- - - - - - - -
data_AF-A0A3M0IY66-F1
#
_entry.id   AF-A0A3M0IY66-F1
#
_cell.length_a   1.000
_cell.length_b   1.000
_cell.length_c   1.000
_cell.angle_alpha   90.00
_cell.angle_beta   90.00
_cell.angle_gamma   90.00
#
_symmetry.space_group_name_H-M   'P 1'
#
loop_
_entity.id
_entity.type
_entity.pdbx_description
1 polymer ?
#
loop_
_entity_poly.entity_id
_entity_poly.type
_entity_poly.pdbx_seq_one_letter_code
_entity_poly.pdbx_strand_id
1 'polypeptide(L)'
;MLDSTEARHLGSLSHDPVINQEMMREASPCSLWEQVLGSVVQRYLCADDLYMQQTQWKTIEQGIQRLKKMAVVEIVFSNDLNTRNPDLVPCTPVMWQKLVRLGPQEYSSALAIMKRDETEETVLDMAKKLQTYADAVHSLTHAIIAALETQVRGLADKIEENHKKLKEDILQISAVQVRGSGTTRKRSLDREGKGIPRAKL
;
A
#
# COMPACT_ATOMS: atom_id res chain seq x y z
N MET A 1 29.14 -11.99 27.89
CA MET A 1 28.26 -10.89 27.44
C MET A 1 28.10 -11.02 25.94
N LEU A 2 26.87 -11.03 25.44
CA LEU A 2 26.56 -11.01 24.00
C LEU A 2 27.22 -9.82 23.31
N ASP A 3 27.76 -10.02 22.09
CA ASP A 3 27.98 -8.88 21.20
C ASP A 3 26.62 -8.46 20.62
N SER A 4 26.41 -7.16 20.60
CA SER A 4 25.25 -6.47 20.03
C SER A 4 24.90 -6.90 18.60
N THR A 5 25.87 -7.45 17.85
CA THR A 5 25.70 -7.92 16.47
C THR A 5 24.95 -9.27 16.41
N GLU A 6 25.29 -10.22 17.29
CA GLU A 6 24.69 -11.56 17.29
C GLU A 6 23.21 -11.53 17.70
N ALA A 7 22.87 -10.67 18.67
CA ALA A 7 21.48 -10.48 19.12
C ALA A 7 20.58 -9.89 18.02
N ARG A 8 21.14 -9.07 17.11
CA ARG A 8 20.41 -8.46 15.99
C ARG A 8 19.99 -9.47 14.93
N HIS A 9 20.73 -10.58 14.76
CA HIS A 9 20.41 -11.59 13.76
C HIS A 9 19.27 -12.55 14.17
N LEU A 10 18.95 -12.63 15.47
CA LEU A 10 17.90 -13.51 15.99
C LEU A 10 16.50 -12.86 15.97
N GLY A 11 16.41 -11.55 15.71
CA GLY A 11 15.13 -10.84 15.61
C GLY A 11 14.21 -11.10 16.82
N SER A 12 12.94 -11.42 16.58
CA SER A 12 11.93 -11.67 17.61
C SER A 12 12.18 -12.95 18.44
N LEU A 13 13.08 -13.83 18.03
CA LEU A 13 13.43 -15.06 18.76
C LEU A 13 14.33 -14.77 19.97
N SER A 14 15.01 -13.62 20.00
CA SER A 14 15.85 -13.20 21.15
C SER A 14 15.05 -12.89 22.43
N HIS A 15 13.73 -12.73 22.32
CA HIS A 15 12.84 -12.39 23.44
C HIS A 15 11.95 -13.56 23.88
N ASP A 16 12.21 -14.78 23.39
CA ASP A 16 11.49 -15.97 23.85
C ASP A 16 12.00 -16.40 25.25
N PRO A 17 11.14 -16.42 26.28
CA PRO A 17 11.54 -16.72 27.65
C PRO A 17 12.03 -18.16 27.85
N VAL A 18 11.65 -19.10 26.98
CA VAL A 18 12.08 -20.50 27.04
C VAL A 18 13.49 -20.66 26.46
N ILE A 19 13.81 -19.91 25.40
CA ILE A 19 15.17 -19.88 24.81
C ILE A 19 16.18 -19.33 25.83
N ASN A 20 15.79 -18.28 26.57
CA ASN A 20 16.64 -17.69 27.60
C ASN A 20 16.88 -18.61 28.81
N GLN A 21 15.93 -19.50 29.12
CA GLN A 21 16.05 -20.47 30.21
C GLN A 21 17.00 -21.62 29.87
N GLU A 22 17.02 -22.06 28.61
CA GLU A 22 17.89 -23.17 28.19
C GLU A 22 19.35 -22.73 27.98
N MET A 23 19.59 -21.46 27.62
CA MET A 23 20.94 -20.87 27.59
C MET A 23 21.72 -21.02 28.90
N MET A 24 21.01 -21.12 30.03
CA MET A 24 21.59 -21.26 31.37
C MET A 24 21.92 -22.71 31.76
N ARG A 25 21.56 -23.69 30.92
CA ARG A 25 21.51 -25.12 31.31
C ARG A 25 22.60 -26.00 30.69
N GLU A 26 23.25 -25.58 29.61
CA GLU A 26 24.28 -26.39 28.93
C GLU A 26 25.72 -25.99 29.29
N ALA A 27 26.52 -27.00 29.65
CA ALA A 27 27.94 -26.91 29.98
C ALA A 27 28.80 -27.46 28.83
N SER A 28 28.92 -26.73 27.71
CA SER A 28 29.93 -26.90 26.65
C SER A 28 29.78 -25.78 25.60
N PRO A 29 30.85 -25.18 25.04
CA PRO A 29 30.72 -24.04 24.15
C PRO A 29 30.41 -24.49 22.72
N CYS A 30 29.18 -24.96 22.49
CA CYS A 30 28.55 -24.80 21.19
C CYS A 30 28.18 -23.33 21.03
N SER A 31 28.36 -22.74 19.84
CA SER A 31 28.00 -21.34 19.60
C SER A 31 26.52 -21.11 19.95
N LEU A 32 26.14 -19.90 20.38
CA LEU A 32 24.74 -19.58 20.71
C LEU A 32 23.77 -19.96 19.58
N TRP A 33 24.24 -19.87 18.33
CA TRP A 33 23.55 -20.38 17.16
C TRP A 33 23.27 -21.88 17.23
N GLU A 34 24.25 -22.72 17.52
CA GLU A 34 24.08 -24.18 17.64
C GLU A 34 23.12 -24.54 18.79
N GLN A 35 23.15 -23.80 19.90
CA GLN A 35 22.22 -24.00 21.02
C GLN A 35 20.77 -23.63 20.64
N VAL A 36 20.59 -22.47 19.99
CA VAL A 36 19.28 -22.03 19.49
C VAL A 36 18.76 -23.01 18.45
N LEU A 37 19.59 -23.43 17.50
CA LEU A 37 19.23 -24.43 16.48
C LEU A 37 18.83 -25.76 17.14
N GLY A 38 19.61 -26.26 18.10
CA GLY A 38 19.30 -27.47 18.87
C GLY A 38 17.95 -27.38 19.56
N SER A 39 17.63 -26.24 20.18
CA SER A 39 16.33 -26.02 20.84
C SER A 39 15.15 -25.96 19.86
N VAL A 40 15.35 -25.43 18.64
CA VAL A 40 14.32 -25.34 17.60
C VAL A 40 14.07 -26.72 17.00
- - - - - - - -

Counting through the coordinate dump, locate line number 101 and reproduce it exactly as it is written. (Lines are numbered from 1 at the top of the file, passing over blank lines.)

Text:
CA MET A 24 21.59 -21.26 31.37